There is a reason why UW is considered Public Ivy. Our students go on to top graduate schools more than WSU students for a reason. It is not about admission statistics that put UW ahead of WSU, it is the competition and the desire to do your best and make something of yourself, that is what I found at UW. You go to UW to do your best and to make something of yourself. You go to WSU because you want to get away from your parents, to party or just because you couldnít get into UW. The competition within my department, electrical engineering, drove me to achieve more than I ever thought I could and now I am at UC-Berkeley working on my Ph.D., looking forward to becoming a professor, something I never dreamed of before going to UW. I never thought about graduate school because I thought I wasnít smart enough. UW encouraged me to do my best and by doing so I saw that I was good enough to go to grad school. I wouldnít have worked so hard if I were at a school that isnít recognized as a top school. Your hard work isnít acknowledged. Plus, your peers are better at UW and that forces you to do better if you are really here for the degree, which most are. If they are not interested in working as hard, they can get a degree from somewhere else by taking the easier road. This fact isnít captured by any entering statistics; UW changes and challenges you to excel .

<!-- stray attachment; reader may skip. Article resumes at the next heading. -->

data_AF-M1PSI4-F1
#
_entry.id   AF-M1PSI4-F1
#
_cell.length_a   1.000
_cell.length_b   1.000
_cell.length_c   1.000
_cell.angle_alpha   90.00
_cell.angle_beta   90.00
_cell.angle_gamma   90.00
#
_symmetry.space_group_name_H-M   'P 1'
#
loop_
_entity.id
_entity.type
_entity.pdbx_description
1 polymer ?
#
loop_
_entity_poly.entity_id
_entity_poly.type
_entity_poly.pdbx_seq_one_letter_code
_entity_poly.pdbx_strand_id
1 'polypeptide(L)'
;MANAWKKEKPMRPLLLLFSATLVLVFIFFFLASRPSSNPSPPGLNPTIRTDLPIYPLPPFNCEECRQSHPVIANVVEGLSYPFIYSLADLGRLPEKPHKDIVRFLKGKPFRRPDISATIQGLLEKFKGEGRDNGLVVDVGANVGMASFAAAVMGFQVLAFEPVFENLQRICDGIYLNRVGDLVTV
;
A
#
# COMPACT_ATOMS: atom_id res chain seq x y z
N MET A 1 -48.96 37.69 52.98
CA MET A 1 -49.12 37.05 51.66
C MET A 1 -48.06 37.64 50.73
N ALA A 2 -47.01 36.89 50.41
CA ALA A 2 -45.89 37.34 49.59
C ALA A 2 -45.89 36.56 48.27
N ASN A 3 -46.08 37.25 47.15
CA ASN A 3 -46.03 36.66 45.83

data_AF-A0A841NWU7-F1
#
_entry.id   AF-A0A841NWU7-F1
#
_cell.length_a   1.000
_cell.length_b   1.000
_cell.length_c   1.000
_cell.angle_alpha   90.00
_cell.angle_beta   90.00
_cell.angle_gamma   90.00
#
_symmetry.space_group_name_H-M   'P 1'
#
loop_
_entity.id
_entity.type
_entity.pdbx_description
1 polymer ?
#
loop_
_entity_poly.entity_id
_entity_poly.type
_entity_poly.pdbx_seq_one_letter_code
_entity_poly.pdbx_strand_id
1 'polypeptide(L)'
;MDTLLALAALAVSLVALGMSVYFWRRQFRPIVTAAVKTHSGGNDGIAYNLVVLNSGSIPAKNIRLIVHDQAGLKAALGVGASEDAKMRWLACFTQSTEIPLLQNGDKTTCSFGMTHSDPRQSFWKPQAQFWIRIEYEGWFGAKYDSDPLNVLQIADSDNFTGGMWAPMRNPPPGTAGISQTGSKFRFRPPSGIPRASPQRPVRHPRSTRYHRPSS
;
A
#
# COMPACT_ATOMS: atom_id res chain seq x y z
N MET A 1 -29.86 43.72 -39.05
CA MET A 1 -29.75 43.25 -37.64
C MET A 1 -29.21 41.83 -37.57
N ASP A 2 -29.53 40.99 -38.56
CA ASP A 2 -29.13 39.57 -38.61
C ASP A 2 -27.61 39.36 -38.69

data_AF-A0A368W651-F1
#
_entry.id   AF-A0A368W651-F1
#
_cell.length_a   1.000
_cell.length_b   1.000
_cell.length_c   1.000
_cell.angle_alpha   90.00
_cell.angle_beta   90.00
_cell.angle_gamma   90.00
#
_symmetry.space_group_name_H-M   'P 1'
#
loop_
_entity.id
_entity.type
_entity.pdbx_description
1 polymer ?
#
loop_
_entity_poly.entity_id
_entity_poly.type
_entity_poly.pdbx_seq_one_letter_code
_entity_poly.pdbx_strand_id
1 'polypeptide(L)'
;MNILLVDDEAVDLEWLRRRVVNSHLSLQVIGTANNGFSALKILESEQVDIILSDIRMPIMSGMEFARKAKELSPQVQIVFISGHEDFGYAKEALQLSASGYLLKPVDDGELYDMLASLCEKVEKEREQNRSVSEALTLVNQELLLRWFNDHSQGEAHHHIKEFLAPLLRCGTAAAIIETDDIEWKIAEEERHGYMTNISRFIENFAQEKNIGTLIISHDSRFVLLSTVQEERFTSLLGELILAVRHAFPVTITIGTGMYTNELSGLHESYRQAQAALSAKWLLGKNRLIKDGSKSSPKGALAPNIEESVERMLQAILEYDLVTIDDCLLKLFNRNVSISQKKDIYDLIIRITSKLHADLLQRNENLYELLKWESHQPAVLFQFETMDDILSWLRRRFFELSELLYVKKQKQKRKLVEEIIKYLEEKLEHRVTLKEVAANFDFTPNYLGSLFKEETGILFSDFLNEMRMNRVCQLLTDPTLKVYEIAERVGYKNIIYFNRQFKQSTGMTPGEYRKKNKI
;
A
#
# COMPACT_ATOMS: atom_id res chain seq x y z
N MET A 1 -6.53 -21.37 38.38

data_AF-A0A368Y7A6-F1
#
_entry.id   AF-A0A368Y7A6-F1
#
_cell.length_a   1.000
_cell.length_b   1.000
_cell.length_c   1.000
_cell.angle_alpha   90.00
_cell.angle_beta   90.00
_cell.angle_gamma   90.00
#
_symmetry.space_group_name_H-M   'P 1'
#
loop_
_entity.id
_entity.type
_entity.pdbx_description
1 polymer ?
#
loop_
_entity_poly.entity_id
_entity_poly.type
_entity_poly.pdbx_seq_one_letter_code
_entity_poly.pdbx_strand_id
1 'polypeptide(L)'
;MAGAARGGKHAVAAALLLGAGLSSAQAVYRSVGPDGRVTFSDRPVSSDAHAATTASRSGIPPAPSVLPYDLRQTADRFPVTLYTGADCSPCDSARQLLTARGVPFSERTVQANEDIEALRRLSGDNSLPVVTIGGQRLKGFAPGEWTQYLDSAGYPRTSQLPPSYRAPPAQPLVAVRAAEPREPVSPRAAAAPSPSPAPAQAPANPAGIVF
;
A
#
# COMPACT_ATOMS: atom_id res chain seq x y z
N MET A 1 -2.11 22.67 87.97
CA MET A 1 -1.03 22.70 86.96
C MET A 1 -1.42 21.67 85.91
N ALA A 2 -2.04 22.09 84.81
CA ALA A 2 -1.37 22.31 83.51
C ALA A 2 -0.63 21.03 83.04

The pride for UW alum is shown by who we become, not by having more license plates.
The UW provides an education that allows you to do anything you want to do. You learn excellent critical thinking skills. The network of faculty and fellow students is a valuable resource the rest of your career.
Any pride I have in my degree from UW comes from the universityís intellectual values, scientific research and humanistic accomplishments. It is emphatically not based on the outcome of one football game or another.
UW graduates have pride in their university because of the rich education the received and the fond memories of the campus experience. This pride is heart-felt, and often doesnít result in banner-waving or sweatshirt wearing.